Scott Hirsch compares older methods of analog sound design editing with current conventions after the digital revolution.
- [Instructor] Since we're discussing…historical perspectives of sound design,…I want to take a moment to explore…the specific impact the Digital Revolution had…in the 1990s,…and explore how analog technologies…moved into the Digital Revolution.…Obviously it impacted visual editing…and many other aspects of filmmaking,…but let's check out how crafting a soundtrack changed…when the means of production went from analog to digital.…Audio was originally edited on magnetic film,…or reels of 35 mm wide tape that looked like film.…
When a film soundtrack is created in post-production,…it's made up of many independent discrete tracks,…and some contain dialogue and production sound,…some contain sound effects, some contain backgrounds,…some contain music, et cetera.…Every track had its own 35 mm magnetic strip…with sprocket holes to keep it in sync.…So, when you build this up over 24, 36, 72 tracks,…that's a lot of tape to manage.…It goes without saying, then, that editing sound…was very time intensive.…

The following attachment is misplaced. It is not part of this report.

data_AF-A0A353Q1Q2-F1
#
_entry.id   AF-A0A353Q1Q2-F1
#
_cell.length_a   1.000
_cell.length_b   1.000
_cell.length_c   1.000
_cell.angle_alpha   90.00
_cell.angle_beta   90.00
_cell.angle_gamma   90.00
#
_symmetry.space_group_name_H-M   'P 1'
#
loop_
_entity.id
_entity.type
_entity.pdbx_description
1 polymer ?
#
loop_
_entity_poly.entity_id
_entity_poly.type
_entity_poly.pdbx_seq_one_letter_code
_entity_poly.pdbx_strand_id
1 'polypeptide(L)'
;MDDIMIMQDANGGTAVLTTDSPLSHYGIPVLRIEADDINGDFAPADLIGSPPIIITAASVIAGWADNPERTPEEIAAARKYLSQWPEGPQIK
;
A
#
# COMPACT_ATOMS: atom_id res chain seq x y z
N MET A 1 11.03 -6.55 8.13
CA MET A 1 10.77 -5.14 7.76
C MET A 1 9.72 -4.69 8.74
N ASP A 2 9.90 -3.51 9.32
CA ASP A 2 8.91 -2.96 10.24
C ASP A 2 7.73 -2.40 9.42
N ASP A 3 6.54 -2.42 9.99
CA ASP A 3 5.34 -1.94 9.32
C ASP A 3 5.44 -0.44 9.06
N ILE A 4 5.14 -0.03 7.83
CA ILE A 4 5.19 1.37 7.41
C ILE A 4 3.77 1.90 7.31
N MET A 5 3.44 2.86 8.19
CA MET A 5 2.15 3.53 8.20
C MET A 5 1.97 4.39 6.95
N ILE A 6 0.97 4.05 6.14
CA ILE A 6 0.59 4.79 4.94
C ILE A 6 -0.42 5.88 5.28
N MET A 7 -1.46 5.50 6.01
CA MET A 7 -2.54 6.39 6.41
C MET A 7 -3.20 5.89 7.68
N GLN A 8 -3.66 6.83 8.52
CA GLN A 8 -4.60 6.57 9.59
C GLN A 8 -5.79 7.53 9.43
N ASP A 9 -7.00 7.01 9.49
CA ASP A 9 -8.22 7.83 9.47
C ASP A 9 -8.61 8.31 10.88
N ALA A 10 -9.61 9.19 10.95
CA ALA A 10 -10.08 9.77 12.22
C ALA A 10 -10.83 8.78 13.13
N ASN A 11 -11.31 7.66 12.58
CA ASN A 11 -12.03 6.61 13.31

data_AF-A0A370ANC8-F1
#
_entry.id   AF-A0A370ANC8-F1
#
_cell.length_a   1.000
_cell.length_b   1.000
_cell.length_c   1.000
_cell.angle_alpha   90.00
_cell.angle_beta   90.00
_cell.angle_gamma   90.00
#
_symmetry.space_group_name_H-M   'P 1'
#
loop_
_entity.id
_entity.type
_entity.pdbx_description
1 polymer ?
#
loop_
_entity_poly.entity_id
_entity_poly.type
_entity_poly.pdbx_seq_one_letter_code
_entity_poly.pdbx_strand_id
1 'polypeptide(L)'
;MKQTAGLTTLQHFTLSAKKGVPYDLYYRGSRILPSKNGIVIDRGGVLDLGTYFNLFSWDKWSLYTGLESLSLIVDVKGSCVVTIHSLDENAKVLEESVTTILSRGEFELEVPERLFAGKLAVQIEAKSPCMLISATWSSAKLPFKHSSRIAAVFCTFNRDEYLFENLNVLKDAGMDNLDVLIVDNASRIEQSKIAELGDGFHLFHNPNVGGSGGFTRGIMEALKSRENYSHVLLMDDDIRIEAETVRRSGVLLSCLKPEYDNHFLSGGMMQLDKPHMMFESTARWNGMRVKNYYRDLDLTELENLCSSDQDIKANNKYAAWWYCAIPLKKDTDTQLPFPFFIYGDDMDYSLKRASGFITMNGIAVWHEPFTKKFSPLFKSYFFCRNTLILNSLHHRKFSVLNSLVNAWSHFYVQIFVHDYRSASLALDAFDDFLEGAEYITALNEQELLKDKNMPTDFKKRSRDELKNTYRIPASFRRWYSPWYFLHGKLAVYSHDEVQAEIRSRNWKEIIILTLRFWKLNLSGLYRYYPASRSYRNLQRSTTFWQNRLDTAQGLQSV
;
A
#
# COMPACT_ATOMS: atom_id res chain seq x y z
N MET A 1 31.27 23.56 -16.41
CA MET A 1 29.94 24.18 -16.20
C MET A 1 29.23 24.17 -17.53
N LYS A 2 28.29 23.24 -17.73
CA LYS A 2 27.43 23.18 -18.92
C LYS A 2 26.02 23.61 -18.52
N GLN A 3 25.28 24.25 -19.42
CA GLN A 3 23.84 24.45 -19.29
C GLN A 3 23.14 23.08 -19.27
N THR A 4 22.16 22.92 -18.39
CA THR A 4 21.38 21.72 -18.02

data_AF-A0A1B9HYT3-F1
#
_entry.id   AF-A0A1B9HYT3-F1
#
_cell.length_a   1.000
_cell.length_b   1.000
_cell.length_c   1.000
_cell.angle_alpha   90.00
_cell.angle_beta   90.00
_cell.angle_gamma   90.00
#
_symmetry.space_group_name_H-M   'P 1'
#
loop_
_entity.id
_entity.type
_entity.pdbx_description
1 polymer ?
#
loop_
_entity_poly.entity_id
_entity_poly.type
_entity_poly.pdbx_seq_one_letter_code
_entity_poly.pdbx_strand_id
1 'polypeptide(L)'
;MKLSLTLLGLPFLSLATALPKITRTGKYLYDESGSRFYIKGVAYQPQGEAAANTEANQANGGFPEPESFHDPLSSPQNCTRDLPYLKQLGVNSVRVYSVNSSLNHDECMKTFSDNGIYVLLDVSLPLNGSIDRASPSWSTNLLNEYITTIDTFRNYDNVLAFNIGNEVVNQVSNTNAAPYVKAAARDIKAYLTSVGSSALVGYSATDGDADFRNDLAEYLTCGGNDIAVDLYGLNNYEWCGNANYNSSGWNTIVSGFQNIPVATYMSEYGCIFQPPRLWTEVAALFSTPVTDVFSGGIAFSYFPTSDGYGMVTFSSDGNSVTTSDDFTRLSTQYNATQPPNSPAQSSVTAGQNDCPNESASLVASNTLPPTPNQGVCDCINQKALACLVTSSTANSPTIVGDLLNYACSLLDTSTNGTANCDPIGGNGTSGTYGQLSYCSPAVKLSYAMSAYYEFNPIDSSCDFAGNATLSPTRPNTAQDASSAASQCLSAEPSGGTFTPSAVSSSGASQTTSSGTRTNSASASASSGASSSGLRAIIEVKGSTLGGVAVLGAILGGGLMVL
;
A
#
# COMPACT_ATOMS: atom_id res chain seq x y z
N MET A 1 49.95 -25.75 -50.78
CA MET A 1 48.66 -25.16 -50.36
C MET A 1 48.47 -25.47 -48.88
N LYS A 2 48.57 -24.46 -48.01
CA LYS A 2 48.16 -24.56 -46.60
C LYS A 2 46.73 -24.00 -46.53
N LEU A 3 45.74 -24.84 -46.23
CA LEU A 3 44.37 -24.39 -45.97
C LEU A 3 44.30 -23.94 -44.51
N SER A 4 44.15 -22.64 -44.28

Every time an edit was made,…
Scott Hirsch starts with the basics, discussing the history and legacy of sound for film, and working through the core concepts and elements of a compelling sound design. Next, he takes you through a sound design workflow, highlights the different elements of a soundtrack, and shows professional examples of sound design in a few real-world projects. He also explores the future of the soundtrack, discussing the core concepts of immersive audio, as well as real-world applications of 3D audio.
- The history and legacy of sound for film
- The role of sound in visual media
- The elements of a soundtrack
- Following a sound design workflow
- Editing dialogue and producing sound
- The role of sound effects
- Mixing a soundtrack
- Exploring the future of sound for visual media
- Core concepts of immersive audio